Proper 9, Year C
July 8, 2001
Old St. Paul’s, Baltimore
The Rev. Timothy E. Schenck
In a political campaign, the work of an advance man is not particularly glamorous. These folks go from town to town to handle the logistics for a candidate’s big rally. The advance team scouts out the event’s location, sets up the microphone, and generally makes sure that enough people are at the rally for it to come across well on TV.
And then, just as the event kicks off, they leave to start similar preparations in the next city or town. They never stay long enough to soak in the carnival atmosphere and enjoy the fruits of their labor, they don’t become intimate confidants of the person they’re helping to get elected since they rarely even catch a glimpse of the candidate, and they’re always, always on the move. It can certainly be exciting and intense work with the ever-present time pressures and the constantly looming deadlines, but it’s not particularly glamorous.
One of my favorite stories about advance work comes from a time in my life when I ran political campaigns for a living, (obviously something I did prior to entering seminary). A potential first lady, who shall remain nameless, was coming to town for a big pre-election rally at Lexington Market just a few blocks from here. The advance team was charged with setting up the route she would take as she toured the Market with local citizens, politicians and network television cameras in tow. At the very last minute they realized they had to change the route. It seems that they were planning to stop by one of the great Baltimore institutions at Lexington Market, Pollock Johnny’s. Now if you’re looking for good Polish sausage in this city this is a great bet. The problem was that people all across America who were unfamiliar with this Baltimore tradition, would invariably see only one thing: an ethnic slur. Not exactly the kind of exposure you’d want for the wife of someone running for President of the United States in the waning days of a close election. Some crack member of the advance team noted this and a potentially sticky situation, was averted.
I bring this up in the context of this morning’s Gospel reading because I see parallels between the mission of the seventy disciples sent out by Jesus and the work of an advance team. Luke tells us that the seventy were sent out by Jesus “in pairs to every town and place where he himself intended to go.” So they were sent ahead of Jesus to prepare the townspeople for his arrival. They prepared the way for Christ by pointing to him and to his message that the kingdom of God was near. Like advance men, they left town before Jesus himself arrived and then headed off to proclaim Christ’s message to other people in other places. They were members of his team, they wanted to see him succeed. In a very real sense the seventy were advance men for Jesus.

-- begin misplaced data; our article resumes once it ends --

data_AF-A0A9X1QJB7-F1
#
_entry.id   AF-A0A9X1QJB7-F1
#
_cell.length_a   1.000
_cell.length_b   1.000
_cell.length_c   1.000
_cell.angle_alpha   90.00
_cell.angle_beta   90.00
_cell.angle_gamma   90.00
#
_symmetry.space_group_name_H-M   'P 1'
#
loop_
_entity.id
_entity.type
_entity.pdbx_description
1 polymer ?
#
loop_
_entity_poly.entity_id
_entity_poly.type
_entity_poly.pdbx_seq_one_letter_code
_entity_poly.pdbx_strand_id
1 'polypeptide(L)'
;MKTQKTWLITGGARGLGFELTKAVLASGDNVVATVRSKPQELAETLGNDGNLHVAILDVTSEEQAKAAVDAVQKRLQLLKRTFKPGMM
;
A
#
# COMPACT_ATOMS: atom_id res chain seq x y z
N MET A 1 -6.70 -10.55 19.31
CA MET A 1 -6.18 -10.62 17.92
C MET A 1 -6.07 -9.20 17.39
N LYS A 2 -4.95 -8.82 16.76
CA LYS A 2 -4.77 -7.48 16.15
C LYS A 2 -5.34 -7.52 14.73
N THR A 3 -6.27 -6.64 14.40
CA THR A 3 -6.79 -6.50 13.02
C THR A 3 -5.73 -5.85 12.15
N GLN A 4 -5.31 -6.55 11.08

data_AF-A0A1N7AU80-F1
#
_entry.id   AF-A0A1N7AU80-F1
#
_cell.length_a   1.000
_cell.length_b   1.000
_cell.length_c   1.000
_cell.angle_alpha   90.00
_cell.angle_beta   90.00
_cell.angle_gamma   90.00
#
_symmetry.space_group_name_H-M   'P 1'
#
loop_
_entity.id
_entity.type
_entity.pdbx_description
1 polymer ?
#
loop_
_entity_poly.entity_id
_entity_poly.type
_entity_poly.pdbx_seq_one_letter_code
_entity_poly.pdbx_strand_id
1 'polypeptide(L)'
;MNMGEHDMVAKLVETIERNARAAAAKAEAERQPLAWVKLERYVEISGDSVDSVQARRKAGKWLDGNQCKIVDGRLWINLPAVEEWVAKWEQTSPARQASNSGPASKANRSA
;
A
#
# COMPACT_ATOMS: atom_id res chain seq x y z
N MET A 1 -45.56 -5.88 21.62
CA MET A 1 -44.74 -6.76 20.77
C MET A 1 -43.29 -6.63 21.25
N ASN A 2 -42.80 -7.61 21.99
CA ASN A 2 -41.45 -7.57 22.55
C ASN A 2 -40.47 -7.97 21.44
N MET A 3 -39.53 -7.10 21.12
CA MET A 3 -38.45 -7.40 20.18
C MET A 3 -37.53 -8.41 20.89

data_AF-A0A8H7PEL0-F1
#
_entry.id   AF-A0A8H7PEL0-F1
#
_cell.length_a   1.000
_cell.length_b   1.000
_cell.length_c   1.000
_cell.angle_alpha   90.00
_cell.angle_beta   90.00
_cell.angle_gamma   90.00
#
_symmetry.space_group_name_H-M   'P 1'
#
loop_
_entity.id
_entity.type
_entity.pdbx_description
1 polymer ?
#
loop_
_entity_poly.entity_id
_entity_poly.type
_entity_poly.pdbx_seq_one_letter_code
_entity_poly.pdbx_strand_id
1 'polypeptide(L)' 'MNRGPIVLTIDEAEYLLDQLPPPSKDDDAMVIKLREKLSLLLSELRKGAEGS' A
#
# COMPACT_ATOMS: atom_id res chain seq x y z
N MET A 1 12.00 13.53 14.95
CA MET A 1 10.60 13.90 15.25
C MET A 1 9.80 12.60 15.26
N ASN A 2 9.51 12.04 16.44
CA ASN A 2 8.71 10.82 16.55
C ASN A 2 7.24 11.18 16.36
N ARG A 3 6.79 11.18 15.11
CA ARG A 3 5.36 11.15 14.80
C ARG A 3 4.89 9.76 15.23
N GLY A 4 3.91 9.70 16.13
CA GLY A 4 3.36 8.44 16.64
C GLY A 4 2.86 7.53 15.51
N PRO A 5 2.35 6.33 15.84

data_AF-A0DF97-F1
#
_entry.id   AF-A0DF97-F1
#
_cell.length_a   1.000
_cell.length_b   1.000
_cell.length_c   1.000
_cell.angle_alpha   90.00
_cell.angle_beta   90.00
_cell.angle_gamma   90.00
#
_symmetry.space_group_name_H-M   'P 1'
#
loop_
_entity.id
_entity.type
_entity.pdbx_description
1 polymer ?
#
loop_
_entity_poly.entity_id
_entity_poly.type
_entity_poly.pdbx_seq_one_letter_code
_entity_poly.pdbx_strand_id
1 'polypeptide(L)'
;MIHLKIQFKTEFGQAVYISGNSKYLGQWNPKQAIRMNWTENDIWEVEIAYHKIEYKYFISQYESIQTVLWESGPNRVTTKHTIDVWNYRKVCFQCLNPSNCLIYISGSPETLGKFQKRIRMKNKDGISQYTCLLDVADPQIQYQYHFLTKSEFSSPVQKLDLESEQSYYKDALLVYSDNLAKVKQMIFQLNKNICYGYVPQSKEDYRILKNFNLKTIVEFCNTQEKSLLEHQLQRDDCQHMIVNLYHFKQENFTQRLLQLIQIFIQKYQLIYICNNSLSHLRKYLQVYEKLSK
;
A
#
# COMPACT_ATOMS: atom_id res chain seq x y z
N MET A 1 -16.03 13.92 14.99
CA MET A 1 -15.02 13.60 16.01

Now I’m certainly not comparing Jesus to a political candidate. He said some memorable things to be sure, but the Sermon on the Mount wasn’t meant to be a sound bite and Jesus wasn’t trying to get elected as the Messiah. Regardless of the latest polling numbers, Jesus’ position as God’s son was already solidified and he now worked to get his message of hope, the forgiveness of sins, and eternal salvation out to the whole world. And to do this effectively he needed helpers, laborers to be sent out into the harvest to help spread the word; disciples to witness to the power of Christ’s love for humanity, followers to tell the story. And he still does. Which is exactly why you and I must follow the example of the seventy and serve as advance men and women for Jesus. By accepting this challenge, we can work to prepare those we encounter in our daily lives to meet the risen Christ. We can witness to his love, spread the word, and tell the story. But above all, we can point to something greater than us. We can proclaim Christ and not ourselves.